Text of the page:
The Annex was not original to the theatre building.
The Annex was purchased to house mechanical equipment and to allow us to install more restrooms (the original Theatre had only three restrooms in the entire building).
The second floor of the Annex was an apartment for a number of years-- the living quarters for the people who owned the pharmacy that originally occupied this space.
And in an odd twist, after the pharmacy was replaced by another business, those living in the upper apartment had to enter their dwelling on the second floor by using the Theatre stairs we just passed.
By now, I’m sure you’ve noticed the historic painted sign.
How old do you think this sign is?
This sign was painted around 1897.
It was here prior to the Theatre being built.
We found this painted sign by accident, hidden behind old plaster that we were supposed to patch and paint.
As the workers were chipping away the loose plaster, a sizeable chunk fell off and a large part of the sign was uncovered.
The workers kept chipping away and uncovered the sign you see now.
The rest of the sign can be seen inside the men's restroom (if you are a man, or if the bathroom is unoccupied, of course).
But keeping the sign as you see it today became a possible problem.
We had to ask special permission from the Department of Historic Resources to keep the sign uncovered.
After much discussion, they agreed, but only because the painted sign was not painted on a part of the original theatre structure, otherwise this remarkable sign would have been again covered with plaster and lost forever.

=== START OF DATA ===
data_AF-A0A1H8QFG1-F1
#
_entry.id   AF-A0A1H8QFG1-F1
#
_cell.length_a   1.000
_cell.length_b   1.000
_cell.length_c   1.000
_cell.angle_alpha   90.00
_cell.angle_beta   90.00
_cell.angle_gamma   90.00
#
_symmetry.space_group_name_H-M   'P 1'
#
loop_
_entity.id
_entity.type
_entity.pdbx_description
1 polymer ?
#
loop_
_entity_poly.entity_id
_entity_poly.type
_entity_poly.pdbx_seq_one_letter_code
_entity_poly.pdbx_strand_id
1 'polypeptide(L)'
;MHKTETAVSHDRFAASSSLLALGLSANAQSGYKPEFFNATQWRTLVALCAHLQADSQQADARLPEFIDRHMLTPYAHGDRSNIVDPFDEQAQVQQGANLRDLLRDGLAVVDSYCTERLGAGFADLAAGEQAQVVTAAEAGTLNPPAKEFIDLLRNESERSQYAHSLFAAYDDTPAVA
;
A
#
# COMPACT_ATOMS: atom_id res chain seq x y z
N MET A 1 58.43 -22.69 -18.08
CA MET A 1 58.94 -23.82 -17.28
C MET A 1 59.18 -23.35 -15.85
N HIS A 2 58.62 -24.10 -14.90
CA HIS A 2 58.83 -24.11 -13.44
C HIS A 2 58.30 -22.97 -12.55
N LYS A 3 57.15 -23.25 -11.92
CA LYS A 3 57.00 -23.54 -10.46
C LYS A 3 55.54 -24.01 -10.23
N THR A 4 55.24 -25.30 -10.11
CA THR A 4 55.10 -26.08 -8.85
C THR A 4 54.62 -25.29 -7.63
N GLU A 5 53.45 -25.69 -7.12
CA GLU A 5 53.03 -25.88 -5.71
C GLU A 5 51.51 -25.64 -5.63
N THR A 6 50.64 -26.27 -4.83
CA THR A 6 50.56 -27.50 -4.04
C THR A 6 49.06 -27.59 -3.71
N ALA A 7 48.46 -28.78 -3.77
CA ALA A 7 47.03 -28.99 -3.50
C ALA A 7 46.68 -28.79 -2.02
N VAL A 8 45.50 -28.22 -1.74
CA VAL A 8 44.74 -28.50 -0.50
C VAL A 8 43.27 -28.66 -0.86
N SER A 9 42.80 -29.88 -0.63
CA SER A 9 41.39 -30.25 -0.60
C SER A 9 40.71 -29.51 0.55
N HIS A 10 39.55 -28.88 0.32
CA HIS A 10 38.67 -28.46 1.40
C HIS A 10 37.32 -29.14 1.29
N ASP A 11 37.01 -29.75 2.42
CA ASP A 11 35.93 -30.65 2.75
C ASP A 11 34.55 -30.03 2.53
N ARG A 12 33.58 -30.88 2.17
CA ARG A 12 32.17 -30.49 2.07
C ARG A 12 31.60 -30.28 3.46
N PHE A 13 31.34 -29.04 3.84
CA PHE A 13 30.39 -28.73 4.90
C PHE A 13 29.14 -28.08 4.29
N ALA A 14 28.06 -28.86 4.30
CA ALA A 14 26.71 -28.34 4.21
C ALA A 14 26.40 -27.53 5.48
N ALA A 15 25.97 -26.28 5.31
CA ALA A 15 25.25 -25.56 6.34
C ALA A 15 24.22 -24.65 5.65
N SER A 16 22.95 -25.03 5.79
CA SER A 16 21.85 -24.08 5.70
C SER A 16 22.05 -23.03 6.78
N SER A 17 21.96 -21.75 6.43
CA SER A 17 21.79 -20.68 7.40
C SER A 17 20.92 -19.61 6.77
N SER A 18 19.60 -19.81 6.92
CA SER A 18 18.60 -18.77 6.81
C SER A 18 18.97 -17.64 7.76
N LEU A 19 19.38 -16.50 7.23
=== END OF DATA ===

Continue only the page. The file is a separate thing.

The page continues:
The sign is named for the Snyder family: a family that has given generously to this community.
Local attorney and Foundation board member, Meade Snyder, was instrumental in investigating, and securing our historic and new market tax credit funding.
A vital part of the funding needed to complete the renovation project and an effort that required thousands of hours of Meade’s volunteer time.
Below your feet, you’ll notice we raised the original floor by 18 inches to match the floor height of the theater.
Above you is a very special piece of functional art.
We had this chandelier designed and fabricated by a Richmond sculptor with the requirement that he construct a lighting fixture with elements found during the demolition phase of the theatre’s renovation.
You can see old film reels, found in the old projection booth as well as pieces of unuseable lighting and decorative metals.
The light bulbs are modern reproductions.
Take special note of the small remaining section of the original wood ceiling, you can see it over top of the entrance door.
Today, this Annex is used as a concession area and for coat check.
It is a service area for the space we’ll visit next, the auditorium.
Please enter the auditorium through the double doors across from the Annex counter half door.